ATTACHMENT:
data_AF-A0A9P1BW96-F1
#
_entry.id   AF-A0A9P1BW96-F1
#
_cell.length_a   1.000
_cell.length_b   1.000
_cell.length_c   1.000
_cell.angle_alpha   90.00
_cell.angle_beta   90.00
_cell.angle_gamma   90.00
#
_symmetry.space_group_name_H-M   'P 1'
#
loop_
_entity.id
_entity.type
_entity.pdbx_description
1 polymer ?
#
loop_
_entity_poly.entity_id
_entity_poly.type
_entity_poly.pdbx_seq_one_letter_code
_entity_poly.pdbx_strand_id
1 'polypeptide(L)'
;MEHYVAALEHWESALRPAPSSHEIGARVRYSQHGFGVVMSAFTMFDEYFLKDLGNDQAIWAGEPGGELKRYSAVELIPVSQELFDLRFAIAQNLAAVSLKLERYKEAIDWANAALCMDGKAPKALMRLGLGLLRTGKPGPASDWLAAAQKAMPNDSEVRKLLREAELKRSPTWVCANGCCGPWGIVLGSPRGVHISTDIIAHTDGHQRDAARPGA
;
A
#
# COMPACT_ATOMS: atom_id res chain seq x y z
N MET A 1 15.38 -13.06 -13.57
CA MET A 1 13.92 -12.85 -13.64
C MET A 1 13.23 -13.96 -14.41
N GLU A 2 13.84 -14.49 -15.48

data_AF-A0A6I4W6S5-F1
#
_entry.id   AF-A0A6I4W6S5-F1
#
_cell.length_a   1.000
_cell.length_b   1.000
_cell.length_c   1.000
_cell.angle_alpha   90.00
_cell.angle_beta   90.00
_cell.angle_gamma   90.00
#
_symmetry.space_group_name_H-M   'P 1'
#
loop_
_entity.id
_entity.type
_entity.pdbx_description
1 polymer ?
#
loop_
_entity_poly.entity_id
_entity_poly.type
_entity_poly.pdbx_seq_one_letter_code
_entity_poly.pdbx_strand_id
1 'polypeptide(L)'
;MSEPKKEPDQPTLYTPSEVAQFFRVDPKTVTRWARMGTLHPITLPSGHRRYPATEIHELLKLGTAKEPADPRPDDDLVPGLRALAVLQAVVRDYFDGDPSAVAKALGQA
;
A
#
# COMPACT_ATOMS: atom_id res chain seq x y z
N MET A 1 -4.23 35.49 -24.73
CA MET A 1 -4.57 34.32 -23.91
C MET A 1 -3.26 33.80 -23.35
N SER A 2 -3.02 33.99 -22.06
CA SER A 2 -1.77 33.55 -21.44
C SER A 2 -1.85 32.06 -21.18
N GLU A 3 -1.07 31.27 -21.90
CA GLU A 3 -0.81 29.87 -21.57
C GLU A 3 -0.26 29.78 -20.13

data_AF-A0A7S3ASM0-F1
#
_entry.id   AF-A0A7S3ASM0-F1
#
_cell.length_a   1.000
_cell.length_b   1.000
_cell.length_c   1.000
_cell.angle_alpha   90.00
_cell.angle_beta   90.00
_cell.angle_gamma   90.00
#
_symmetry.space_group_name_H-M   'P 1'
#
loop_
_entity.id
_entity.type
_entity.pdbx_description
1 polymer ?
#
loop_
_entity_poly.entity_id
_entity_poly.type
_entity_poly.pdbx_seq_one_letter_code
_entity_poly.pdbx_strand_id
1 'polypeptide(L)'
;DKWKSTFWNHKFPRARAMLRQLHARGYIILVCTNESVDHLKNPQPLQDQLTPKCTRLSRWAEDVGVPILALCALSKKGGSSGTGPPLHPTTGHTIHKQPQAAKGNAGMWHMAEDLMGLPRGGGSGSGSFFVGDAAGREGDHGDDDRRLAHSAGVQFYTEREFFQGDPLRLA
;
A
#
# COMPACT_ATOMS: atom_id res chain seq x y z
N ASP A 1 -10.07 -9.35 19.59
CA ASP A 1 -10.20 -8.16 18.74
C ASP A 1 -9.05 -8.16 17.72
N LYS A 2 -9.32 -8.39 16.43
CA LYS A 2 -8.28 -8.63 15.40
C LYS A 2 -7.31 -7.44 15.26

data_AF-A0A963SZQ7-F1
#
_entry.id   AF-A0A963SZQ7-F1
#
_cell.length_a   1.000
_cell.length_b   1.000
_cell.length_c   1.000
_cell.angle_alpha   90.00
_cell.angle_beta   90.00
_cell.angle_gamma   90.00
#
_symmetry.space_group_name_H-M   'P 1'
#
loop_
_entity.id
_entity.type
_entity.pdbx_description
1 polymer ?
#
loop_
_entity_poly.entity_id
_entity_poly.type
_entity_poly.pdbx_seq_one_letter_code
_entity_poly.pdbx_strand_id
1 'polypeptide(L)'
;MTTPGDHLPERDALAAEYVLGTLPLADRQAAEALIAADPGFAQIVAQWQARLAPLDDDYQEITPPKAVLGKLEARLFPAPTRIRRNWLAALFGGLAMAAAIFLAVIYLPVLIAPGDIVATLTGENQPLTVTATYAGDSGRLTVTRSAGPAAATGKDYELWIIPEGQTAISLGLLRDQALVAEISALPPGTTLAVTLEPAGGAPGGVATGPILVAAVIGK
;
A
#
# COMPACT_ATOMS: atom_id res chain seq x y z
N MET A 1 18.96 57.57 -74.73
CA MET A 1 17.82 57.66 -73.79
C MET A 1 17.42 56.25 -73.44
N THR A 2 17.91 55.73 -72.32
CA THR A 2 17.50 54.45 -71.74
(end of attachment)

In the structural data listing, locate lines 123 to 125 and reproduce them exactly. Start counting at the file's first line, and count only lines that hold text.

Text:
loop_
_entity.id
_entity.type